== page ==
Memory and perception of time/age are funny things. My memory isn't what it was, thanks to the medication I'm on, but some moments from my teens (both meaningful ones and thoroughly dull ones) seem as though they were only a few months ago. It's hard to believe that they are over a decade in the past, that I'm thirty now.
Books often portray children and teenagers as thinking that anyone over about thirty is "old." I never really understood this, even when I was a kid. Did other people think that as children, or is it just a lazy-grownup-author assumption? Yet now I see groups of teenagers trying to look tough and scary and they seem like little kids, even though they're all twice my height...
I don't know if it's because they are closer in age to my daughter (and my washing machine) than to me, but I just want to tell the groups of girls cackling at the backs of buses to sit down, shut up, and get on with their homework. Perhaps this is the solution to the 'hoodie' problem - stop taking them so seriously, walk past these groups with a cheery "Morning boys!"
My memory-filing years seem to follow the academic/Jewish year more closely than the Gregorian calendar, probably because my birthday's in the autumn. September 1997 to about November 1998 is one segment, then December '98 till October 1999 is another. They were both pretty dramatic years. The first took me from nearly-19-never-been-kissed to reluctantly moving back to London and getting a job in a Bingo Hall via making friends at university, snogging half my male housemates, spectacularly fvcking up academically thanks to the ADD which wasn't diagnosed for another 8 years, having a bit of a nervous breakdown, trying antidepressants for the first time, having a terrifying experience after taking one dose of the third one I tried (including what I'm fairly sure was a miscarriage), my first boyfriend, an eight week intensive Welsh course and the disastrous return to Aberystwyth.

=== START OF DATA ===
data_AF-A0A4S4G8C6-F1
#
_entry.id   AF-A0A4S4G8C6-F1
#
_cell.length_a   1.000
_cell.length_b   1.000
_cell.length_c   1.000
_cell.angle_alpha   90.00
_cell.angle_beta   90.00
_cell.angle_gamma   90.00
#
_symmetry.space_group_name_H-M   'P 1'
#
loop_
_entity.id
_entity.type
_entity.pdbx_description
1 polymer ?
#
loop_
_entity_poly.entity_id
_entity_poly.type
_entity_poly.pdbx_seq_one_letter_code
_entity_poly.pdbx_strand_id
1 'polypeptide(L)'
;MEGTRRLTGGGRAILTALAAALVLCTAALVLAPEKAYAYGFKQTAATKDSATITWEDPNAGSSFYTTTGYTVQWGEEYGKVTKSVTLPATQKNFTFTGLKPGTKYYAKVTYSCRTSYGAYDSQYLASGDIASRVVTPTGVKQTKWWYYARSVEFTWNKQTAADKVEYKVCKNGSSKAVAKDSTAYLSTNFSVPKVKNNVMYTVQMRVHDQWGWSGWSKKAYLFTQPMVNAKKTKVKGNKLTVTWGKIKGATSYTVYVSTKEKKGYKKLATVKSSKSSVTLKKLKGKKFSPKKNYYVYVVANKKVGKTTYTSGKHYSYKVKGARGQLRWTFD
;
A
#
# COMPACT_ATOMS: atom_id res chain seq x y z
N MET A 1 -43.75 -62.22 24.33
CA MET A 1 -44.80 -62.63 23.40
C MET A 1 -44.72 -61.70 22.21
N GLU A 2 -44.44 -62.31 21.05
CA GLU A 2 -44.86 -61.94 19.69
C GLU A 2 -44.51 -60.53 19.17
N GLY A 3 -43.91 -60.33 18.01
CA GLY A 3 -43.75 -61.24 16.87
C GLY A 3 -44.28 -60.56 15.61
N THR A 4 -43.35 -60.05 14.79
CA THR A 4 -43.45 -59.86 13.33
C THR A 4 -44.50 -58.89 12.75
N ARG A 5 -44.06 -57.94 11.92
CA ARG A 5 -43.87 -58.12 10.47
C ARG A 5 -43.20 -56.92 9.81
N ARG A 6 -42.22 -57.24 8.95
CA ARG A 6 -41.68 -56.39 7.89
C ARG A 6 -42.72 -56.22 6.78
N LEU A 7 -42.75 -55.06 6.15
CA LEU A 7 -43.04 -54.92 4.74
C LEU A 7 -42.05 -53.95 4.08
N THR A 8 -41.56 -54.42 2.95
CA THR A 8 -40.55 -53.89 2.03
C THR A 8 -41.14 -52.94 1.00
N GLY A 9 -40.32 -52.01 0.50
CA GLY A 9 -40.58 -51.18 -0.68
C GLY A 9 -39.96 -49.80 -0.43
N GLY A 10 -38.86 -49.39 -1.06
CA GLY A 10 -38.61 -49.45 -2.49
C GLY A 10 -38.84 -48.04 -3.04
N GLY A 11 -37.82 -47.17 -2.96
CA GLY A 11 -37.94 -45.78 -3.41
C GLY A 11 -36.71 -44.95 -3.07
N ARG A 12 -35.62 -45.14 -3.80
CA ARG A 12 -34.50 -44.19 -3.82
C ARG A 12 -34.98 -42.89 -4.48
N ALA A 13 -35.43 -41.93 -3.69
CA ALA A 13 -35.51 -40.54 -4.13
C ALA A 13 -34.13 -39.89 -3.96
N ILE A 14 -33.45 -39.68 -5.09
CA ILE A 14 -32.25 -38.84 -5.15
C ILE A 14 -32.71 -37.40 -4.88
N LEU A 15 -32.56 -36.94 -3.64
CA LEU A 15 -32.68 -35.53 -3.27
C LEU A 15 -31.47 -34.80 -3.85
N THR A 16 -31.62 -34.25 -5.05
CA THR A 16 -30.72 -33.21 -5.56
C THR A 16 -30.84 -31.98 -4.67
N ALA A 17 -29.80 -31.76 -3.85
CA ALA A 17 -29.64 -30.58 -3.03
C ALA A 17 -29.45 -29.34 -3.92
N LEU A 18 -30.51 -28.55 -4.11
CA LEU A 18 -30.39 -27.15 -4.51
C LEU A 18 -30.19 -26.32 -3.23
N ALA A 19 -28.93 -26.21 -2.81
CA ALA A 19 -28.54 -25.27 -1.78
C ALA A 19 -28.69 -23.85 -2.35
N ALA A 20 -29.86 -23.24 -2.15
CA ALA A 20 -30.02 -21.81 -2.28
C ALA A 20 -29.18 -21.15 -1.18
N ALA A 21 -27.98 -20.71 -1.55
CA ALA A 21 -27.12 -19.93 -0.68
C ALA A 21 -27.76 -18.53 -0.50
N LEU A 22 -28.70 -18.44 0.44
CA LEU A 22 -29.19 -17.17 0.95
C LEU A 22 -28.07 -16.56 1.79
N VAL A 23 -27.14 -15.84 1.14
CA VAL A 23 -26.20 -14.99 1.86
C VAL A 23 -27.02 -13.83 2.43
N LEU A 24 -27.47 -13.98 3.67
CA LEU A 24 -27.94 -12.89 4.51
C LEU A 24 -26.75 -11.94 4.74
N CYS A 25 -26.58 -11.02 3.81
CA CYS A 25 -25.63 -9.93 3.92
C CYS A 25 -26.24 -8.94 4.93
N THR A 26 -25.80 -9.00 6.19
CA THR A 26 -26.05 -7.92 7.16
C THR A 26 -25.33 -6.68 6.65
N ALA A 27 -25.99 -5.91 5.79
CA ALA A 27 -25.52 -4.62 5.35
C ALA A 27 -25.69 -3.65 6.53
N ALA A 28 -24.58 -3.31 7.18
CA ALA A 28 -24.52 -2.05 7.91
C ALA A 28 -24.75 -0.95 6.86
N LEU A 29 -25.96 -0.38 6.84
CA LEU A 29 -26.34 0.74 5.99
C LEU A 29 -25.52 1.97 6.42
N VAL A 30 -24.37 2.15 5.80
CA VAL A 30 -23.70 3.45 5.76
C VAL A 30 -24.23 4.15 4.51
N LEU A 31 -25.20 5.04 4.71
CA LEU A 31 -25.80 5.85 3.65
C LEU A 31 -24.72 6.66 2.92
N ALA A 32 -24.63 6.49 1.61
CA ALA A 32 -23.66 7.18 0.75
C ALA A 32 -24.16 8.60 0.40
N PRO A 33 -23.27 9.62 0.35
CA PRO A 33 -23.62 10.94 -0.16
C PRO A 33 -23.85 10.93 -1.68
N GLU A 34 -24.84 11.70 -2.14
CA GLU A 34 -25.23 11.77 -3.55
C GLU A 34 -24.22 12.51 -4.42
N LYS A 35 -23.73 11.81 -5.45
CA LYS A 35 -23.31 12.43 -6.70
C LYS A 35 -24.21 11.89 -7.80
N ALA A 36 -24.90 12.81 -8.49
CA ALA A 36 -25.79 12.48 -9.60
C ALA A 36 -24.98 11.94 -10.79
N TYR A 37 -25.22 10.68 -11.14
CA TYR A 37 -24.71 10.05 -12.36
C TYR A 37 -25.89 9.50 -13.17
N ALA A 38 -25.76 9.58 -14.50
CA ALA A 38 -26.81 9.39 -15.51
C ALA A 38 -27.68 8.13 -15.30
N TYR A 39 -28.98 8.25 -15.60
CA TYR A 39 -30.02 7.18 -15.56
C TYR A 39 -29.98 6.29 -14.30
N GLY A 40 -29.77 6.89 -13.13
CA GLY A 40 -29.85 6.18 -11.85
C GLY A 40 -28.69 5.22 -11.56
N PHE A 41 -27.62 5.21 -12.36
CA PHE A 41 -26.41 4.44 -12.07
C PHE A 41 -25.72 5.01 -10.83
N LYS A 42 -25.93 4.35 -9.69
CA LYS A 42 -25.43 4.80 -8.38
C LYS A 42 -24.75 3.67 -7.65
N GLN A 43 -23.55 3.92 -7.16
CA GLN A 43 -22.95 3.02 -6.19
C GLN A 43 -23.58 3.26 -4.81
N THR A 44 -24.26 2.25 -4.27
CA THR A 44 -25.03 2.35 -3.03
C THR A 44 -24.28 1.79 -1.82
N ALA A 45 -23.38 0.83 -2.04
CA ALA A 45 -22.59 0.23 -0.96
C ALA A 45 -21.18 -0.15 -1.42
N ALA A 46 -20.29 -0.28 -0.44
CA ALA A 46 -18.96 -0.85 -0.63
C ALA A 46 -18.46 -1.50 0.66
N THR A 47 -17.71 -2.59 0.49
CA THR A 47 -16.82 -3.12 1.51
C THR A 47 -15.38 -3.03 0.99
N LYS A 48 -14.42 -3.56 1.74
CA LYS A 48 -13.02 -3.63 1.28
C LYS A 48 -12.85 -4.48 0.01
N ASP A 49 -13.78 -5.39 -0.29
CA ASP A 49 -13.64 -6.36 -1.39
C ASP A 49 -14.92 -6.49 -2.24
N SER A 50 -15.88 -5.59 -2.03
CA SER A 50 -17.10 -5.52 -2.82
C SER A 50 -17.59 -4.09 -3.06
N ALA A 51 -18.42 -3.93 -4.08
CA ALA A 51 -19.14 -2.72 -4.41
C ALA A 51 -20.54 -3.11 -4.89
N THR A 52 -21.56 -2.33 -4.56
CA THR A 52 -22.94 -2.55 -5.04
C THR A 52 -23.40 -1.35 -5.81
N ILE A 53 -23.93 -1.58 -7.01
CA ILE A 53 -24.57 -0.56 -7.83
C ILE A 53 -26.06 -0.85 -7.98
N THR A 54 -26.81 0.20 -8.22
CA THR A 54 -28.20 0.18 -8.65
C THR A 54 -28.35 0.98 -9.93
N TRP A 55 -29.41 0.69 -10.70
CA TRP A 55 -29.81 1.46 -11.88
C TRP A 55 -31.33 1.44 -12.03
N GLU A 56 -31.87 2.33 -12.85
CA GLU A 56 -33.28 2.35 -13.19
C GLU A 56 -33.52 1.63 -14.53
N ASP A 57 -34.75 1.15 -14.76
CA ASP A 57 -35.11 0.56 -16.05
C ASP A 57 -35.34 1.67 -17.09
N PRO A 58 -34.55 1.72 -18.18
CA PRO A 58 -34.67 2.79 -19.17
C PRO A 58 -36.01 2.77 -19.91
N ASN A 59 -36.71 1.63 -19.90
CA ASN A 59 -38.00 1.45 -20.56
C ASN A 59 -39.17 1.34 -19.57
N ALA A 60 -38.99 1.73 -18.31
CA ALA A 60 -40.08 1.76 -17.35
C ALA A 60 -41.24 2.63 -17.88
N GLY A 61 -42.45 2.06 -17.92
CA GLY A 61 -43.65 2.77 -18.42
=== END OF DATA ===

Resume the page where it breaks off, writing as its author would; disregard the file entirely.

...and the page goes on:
The second began with the new job and ended with having my daughter a week before I turned 21, via lots of boring work, living in a pub, living on the floor of the 'shop' at my mum's place (now semi-converted into residential space), two brief hospitalisations, and being moved into a horrible B&B by the nice housing man so we would have enough points for a flat, which luckily worked, and we got the flat three weeks before I had to go for a caesarean.
In some ways, both seem a lot less than ten years ago, but in other ways it's hard to believe they are actually adjacent. My mind seems to have inserted a few extra carriage returns between the two, though it mostly tries to block out most of October/November 1998, probably because I was having a fairly horrendous time, having screaming fits and so on. I was fairly incoherent, I suspect, alienating the people I lived with and trying desperately to find a way out of the situation that didn't involve actually going back to London.
I expect this should have some sort of terribly well thought-out conclusion, but I can't think very well these days, so instead I shall just stop.
Thursday, 1 May 2008